In Professional Development

A recap of FPRA’s crisis communications webinar
By Chloe Durham

Melissa Agnes, President and Co-founder, Agnes+Day Consulting, Canada

In our January FPRA webinar, crisis communications expert Melissa Agnes spoke on crisis management in the digital age. She explained that it’s not just social media that often creates trouble for organizations but technology as a whole. People are fascinated by the ability to capture experiences and share them with others while it’s happening.

For example, Melissa shared a story about a deadly train derailment. She described a scene where an uninjured woman’s first reaction was to tweet a picture of the accident, and her second response was to dial 911. This story paints an excellent picture of life in the digital age, where viewers and the media often have information on a crisis before the company has a chance to deal with it themselves.

A crisis management plan is essential to your organization’s ability to respond immediately after a crisis. Melissa’s five steps for a crisis management plan include:

1. Identify your organization’s high-risk scenarios

Every organization has a handful of specific risks, whether it is product failure, natural disaster, financial risk, or one of the many other potential threats. Knowing what they are will help narrow your strategy for response.

2. Develop your governance model

Your crisis management team should reflect your organization’s day-to-day operation and structure. Within your governance model, identify your key stakeholders and make sure they are included in the first round of communication. This way you can assess the needs of stakeholders and respond accordingly, knowing that your stakeholders understand their roles and responsibilities.

3. Develop scenario-specific playbooks

This playbook should be used within the first 24-48 hours of a crisis and should include scenario-specific action plans with response strategies for every department. The playbook should also contain contact information of those involved, a timeline of events and any related documents.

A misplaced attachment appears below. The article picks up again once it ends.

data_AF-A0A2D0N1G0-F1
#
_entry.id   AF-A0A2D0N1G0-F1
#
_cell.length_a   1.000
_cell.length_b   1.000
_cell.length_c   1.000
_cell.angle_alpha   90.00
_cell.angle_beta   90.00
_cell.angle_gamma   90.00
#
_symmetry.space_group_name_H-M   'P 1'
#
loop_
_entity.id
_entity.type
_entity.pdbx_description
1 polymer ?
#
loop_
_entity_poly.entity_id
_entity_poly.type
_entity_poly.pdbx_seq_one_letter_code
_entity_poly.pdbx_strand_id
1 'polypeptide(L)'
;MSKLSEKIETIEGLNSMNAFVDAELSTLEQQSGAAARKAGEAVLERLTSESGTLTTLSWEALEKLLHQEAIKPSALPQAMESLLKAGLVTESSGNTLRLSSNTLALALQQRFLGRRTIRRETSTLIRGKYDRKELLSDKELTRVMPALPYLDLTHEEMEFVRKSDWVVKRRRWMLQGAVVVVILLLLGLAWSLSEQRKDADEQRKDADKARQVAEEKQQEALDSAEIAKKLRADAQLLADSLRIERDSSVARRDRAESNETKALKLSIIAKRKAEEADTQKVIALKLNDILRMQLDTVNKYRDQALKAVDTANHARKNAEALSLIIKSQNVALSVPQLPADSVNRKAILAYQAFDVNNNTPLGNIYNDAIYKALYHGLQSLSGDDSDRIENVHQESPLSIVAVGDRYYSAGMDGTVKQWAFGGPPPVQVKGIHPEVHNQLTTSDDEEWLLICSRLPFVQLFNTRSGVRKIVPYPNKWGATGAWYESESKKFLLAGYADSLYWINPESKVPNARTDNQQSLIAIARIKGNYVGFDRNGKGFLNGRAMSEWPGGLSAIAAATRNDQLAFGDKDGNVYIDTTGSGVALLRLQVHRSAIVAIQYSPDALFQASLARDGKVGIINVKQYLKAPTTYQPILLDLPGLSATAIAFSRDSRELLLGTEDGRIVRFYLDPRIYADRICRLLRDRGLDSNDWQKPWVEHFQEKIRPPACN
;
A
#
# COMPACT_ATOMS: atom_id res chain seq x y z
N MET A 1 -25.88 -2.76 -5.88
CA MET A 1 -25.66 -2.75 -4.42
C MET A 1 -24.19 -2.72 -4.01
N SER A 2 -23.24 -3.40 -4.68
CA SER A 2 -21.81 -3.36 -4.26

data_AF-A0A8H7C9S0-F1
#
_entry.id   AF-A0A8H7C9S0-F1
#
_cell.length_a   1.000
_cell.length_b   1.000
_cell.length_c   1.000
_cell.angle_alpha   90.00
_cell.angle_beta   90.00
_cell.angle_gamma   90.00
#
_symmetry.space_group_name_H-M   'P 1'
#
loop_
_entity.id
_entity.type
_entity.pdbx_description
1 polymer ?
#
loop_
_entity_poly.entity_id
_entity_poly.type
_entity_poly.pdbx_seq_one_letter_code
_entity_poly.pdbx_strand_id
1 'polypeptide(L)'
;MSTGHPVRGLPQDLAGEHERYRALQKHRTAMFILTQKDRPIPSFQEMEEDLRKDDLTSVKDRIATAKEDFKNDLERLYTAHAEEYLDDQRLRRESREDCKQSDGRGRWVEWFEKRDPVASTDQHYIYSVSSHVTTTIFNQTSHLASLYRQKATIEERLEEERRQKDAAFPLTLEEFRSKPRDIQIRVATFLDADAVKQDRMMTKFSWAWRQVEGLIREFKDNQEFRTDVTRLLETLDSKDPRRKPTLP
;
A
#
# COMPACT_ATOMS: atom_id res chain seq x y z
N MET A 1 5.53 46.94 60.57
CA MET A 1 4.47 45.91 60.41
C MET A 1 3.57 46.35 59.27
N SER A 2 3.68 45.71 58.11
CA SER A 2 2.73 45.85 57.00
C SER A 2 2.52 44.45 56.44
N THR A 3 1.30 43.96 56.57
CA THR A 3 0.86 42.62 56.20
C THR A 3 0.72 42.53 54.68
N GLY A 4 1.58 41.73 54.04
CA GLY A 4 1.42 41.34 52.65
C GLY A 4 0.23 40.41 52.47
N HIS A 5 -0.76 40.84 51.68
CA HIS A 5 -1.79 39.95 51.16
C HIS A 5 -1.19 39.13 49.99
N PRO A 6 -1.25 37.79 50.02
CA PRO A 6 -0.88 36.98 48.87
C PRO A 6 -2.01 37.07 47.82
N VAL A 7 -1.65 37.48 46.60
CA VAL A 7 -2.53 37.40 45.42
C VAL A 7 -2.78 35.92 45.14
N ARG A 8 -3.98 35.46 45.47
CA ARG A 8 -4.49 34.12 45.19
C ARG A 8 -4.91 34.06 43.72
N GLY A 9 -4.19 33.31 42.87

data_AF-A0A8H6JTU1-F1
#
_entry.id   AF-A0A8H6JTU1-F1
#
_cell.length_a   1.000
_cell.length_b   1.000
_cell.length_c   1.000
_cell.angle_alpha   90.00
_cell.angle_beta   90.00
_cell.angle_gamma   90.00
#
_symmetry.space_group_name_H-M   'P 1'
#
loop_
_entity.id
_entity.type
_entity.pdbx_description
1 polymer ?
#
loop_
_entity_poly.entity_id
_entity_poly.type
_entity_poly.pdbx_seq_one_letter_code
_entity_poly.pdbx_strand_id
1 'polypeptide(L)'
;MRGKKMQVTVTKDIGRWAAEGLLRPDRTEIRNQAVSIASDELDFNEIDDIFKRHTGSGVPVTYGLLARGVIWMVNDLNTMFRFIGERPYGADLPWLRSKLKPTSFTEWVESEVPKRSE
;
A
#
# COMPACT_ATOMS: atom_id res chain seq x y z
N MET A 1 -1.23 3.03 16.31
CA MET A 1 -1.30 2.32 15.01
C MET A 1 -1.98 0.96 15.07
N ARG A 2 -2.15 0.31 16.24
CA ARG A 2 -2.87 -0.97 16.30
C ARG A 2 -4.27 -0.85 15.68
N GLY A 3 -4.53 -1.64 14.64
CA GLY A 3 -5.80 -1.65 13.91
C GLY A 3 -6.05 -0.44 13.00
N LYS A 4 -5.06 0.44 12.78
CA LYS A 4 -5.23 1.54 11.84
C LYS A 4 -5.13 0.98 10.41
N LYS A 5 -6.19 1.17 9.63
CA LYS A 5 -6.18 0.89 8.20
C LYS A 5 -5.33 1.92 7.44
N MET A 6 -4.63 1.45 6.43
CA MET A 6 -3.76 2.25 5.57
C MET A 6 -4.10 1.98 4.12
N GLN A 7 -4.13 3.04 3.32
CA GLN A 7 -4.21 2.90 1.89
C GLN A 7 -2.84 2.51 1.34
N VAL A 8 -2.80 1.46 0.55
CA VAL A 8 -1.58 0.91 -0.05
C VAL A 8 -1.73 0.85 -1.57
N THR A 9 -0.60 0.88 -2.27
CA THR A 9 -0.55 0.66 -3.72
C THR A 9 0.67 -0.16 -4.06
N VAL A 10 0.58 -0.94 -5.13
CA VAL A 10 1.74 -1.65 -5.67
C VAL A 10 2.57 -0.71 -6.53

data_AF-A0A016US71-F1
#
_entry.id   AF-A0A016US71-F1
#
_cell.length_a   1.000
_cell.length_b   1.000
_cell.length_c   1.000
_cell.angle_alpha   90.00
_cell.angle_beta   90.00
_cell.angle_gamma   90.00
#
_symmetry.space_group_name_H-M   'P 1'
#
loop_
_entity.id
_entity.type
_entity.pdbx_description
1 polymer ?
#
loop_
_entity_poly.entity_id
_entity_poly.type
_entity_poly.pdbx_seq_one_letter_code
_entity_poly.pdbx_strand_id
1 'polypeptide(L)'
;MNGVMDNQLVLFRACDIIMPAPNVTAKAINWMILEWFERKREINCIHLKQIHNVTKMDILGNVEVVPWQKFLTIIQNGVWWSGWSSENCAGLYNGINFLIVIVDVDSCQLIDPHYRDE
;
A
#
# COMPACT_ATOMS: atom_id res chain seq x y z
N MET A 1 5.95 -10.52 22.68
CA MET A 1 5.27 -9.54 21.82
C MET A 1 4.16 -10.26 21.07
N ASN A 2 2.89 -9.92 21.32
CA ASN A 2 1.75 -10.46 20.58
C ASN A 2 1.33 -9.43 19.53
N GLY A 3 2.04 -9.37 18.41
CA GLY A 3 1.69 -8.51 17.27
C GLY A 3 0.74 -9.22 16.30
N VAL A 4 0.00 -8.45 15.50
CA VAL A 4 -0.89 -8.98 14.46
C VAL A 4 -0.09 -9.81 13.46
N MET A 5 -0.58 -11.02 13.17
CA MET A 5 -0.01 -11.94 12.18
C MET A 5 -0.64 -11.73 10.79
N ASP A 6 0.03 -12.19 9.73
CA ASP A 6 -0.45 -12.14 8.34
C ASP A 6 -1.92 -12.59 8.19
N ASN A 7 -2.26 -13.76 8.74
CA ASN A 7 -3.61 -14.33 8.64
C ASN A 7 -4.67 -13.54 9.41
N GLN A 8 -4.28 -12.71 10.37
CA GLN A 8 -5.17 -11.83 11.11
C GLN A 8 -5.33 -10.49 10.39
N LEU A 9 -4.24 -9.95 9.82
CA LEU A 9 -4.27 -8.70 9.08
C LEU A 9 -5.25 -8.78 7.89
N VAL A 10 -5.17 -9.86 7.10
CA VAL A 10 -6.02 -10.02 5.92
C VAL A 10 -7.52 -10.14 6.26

4. Put your plan and your team to the test

Don’t simply discuss what you would do if a crisis happened, but put your crisis team through a realistic simulation of your high-risk scenarios. This will ensure your plan is practical while preparing your team for crisis.

5. Continuously revise and strengthen

Always be looking out for procedures that need to be added to the plan. As technology changes and progresses, more precautions will need to take place.

After a crisis, organizations are expected to respond faster and louder than ever before. With so much media traffic, you must ensure your response is heard. Melissa reiterated the importance of establishing with the public that your organization is the trusted source of information throughout the entire crisis. If you understand your stakeholders and identify the technology they use, you can successfully and efficiently communicate through crises.

Chloe Durham is senior at Southeastern University, majoring in mass communications. She is a student member of FPRA and a PR intern for McLeod Communications.

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